Researchers have found a new group of cells in the retina that directly affect the biological clock by sending signals to a region of the brain which regulates our daily (circadian) rhythms. This new understanding of how ...

Gut microbe movements regulate host circadian rhythms

December 1, 2016
Even gut microbes have a routine. Like clockwork, they start their day in one part of the intestinal lining, move a few micrometers to the left, maybe the right, and then return to their original position. New research in ...

Disrupting the brain's internal clock causes depressive-like behavior in mice

November 29, 2016
Disruptions of daily rhythms of the body's master internal clock cause depression- and anxiety-like behaviors in mice, reports a new study in Biological Psychiatry. The findings provide insight into the role of the brain's ...

Disruption of the body's internal clock causes disruption of metabolic processes

December 7, 2016
Chronobiologists from Charité – Universitätsmedizin Berlin have shown that the body's carbon monoxide metabolism is closely linked to the body's circadian (internal) clock. Carbon monoxide, a toxic gas found in exhaust ...

Living against the clock: Does loss of daily rhythms cause obesity?

August 29, 2012
When Thomas Edison tested the first light bulb in 1879, he could never have imagined that his invention could one day contribute to a global obesity epidemic. Electric light allows us to work, rest and play at all hours of ...

Recommended for you

Synthetic sandalwood found to prolong human hair growth

September 19, 2018
A team of researchers led by Ralf Paus of the University of Manchester has found that applying sandalwood to the scalp can prolong human hair growth. In their paper published in the journal Nature Communications, the group ...

Separated entry and exit doors for calcium keep energy production smooth in the powerhouses of heart cells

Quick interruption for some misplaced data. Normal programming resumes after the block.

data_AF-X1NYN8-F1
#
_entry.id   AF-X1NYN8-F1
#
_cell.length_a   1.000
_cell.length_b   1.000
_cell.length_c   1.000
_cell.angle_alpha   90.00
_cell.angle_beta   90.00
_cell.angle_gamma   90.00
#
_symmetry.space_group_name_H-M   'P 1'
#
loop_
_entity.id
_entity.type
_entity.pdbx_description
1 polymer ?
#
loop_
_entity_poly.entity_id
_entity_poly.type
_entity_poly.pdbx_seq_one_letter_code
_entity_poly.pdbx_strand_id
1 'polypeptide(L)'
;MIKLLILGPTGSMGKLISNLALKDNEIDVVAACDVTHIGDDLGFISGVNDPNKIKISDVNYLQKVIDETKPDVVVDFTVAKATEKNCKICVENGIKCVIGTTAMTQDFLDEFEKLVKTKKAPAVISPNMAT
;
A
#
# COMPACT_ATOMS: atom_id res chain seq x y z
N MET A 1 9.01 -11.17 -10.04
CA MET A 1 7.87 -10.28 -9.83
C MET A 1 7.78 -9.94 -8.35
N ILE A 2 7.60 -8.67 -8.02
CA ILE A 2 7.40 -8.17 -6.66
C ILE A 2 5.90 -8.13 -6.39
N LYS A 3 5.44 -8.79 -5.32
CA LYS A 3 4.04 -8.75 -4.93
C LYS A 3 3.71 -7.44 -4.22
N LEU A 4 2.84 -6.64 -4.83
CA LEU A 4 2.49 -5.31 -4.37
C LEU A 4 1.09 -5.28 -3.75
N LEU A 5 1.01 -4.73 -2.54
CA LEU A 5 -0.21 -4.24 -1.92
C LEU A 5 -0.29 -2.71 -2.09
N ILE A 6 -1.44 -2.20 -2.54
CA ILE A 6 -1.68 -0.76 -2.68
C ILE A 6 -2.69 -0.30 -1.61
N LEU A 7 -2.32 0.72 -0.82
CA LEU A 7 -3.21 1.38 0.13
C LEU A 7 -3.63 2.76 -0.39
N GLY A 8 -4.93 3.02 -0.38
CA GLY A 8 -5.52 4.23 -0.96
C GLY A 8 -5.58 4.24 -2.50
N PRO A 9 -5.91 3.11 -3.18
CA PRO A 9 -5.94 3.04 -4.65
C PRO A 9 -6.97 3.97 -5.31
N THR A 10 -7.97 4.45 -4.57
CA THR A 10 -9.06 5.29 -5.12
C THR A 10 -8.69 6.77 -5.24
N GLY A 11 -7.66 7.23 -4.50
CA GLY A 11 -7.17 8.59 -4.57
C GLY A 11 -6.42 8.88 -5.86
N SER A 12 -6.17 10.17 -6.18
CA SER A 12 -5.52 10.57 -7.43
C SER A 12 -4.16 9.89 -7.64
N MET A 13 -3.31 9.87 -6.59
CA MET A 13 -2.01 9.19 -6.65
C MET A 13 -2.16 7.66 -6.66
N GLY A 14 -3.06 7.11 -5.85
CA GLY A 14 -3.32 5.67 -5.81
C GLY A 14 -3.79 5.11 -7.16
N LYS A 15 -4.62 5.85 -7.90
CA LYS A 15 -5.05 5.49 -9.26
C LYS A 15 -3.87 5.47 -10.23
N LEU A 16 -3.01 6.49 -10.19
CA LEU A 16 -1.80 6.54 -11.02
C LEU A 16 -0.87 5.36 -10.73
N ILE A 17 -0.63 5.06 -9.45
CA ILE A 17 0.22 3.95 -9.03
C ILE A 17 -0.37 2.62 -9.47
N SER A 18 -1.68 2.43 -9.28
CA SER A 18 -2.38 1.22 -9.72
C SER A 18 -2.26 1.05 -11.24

September 18, 2018
Stress demands the heart to work harder and faster. To keep pace, the muscle must make its fuel at an accelerated rate. Bursts of calcium entering mitochondria—the cell's powerhouses—normally help control energy output, ...

First gut bacteria may have lasting effect on ability to fight chronic diseases

September 18, 2018
New research showing that the first bacteria introduced into the gut have a lasting impact may one day allow science to adjust microbiomes—the one-of-a-kind microbial communities that live in our gastrointestinal tracts—to ...

A new defender for your sense of smell

September 18, 2018
New research from the Monell Center increases understanding of a mysterious sensory cell located in the olfactory epithelium, the patch of nasal tissue that contains odor-detecting olfactory receptor cells. The findings suggest ...

Small molecule plays big role in weaker bones as we age

September 18, 2018
With age, expression of a small molecule that can silence others goes way up while a key signaling molecule that helps stem cells make healthy bone goes down, scientists report.

Sperm quality study updates advice for couples trying to conceive

September 17, 2018
Could doctors at fertility clinics be giving men bad advice? Dr. Da Li and Dr. XiuXia Wang, who are clinician-researchers at the Center for Reproductive Medicine of Shengjing Hospital in Shenyang in northeast China, think ...

1 comment

Adjust slider to filter visible comments by rank

Display comments: newest first

gmurphy
not rated yet Jun 01, 2017
Fasting is a well-known trick for taming jet lag, it's called the Argonne diet protocol.

Please sign in to add a comment. Registration is free, and takes less than a minute. Read more

Click here to reset your password.
Sign in to get notified via email when new comments are made.